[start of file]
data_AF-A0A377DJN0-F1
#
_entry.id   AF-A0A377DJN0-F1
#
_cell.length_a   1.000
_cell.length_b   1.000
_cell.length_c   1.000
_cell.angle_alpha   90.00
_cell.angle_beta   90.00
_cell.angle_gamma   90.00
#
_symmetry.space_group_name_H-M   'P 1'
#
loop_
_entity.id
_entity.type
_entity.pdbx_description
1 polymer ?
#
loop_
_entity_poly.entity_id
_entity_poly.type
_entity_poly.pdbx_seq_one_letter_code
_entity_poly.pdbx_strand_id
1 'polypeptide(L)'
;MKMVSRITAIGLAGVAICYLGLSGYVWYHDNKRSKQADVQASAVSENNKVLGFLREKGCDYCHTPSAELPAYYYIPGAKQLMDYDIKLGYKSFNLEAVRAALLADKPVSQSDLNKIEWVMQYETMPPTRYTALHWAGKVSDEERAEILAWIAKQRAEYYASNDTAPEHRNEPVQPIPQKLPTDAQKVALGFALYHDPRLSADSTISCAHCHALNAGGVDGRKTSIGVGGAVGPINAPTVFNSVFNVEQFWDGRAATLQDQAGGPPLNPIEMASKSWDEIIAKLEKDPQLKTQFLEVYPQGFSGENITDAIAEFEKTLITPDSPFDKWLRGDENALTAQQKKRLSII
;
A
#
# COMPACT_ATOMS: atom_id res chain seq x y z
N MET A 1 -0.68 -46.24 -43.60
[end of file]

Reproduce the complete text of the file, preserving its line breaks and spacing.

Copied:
data_AF-A0A377DJN0-F1
#
_entry.id   AF-A0A377DJN0-F1
#
_cell.length_a   1.000
_cell.length_b   1.000
_cell.length_c   1.000
_cell.angle_alpha   90.00
_cell.angle_beta   90.00
_cell.angle_gamma   90.00
#
_symmetry.space_group_name_H-M   'P 1'
#
loop_
_entity.id
_entity.type
_entity.pdbx_description
1 polymer ?
#
loop_
_entity_poly.entity_id
_entity_poly.type
_entity_poly.pdbx_seq_one_letter_code
_entity_poly.pdbx_strand_id
1 'polypeptide(L)'
;MKMVSRITAIGLAGVAICYLGLSGYVWYHDNKRSKQADVQASAVSENNKVLGFLREKGCDYCHTPSAELPAYYYIPGAKQLMDYDIKLGYKSFNLEAVRAALLADKPVSQSDLNKIEWVMQYETMPPTRYTALHWAGKVSDEERAEILAWIAKQRAEYYASNDTAPEHRNEPVQPIPQKLPTDAQKVALGFALYHDPRLSADSTISCAHCHALNAGGVDGRKTSIGVGGAVGPINAPTVFNSVFNVEQFWDGRAATLQDQAGGPPLNPIEMASKSWDEIIAKLEKDPQLKTQFLEVYPQGFSGENITDAIAEFEKTLITPDSPFDKWLRGDENALTAQQKKRLSII
;
A
#
# COMPACT_ATOMS: atom_id res chain seq x y z
N MET A 1 -0.68 -46.24 -43.60